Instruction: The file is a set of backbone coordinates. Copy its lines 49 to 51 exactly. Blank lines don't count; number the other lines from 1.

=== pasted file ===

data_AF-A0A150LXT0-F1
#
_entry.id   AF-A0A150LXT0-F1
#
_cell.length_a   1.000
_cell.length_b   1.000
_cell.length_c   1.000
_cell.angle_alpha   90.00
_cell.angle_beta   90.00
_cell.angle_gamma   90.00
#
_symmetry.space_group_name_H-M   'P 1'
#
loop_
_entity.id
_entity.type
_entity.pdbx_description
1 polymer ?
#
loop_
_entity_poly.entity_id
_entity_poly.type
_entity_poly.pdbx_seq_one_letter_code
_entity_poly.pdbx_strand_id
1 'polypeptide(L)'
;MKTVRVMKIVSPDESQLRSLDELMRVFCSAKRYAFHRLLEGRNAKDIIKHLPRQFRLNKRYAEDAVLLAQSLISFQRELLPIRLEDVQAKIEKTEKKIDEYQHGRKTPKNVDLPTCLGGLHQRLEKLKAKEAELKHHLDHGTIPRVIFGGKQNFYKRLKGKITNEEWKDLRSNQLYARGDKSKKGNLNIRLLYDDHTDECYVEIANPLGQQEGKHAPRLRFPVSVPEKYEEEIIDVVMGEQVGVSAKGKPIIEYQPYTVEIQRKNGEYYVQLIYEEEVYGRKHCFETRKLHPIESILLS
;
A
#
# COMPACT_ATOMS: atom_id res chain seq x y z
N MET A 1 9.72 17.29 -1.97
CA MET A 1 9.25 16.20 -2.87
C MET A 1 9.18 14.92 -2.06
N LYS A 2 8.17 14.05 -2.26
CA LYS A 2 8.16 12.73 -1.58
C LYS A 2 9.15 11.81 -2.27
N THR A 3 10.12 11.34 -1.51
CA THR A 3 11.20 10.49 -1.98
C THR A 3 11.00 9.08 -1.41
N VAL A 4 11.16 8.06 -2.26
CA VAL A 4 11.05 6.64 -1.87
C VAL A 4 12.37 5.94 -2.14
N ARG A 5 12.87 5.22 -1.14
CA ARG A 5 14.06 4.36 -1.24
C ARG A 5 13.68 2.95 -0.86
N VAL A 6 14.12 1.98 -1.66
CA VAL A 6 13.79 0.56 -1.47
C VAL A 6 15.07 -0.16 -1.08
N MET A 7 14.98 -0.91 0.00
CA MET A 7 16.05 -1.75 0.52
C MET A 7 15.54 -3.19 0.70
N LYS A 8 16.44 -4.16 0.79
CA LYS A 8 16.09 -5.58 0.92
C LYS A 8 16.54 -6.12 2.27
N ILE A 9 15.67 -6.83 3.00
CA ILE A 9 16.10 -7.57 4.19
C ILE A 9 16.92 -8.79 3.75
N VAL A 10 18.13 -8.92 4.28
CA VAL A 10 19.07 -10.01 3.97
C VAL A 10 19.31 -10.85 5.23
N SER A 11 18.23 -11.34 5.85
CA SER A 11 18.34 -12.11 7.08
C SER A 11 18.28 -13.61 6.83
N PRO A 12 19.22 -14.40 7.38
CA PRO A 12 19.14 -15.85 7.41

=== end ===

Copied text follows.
N MET A 7 14.98 -0.91 0.00
CA MET A 7 16.05 -1.75 0.52
C MET A 7 15.54 -3.19 0.70